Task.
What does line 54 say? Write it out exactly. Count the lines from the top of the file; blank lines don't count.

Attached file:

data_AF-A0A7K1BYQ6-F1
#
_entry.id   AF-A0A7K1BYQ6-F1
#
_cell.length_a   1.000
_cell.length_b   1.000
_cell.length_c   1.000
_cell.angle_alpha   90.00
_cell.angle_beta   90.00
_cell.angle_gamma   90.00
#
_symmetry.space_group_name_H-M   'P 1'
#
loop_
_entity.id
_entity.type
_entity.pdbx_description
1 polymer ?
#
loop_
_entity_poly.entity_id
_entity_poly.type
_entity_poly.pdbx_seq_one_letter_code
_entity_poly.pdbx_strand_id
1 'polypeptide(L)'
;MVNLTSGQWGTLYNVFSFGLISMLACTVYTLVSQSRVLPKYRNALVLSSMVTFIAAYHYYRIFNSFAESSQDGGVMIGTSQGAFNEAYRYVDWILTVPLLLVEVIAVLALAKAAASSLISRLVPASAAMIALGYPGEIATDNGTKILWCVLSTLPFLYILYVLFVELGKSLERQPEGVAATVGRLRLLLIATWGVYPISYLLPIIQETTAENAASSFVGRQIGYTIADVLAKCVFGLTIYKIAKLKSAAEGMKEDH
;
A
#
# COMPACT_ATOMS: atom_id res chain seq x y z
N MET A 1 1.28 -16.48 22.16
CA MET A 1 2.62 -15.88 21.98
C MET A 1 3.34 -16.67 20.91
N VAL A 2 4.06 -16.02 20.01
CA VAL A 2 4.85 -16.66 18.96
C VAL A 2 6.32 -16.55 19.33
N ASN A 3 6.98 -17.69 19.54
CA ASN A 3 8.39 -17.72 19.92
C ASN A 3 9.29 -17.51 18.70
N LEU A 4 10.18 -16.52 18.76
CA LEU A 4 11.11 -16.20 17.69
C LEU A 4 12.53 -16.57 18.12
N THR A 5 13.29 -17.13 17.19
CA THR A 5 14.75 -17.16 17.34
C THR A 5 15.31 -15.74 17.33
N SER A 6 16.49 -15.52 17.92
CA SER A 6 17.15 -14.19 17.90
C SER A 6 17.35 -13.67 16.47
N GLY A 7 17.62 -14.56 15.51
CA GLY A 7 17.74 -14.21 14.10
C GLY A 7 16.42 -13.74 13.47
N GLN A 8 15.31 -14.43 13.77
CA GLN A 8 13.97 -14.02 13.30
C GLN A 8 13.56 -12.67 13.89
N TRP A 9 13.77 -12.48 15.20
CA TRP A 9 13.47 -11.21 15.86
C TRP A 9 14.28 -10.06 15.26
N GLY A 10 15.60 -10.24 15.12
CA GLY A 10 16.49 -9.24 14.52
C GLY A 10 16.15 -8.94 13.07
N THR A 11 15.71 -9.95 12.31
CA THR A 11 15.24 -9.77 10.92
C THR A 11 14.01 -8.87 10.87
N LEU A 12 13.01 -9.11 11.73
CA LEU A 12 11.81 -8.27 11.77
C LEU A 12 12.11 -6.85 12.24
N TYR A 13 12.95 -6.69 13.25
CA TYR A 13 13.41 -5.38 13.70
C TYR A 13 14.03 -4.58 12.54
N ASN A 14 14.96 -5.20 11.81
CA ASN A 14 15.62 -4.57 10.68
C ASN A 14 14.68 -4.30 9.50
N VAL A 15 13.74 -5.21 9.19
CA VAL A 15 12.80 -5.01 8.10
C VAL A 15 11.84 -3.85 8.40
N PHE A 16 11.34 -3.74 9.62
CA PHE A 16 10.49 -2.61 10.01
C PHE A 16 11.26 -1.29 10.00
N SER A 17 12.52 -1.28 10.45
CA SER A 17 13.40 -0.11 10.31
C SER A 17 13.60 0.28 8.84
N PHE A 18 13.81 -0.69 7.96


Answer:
C GLN A 8 13.56 -12.67 13.89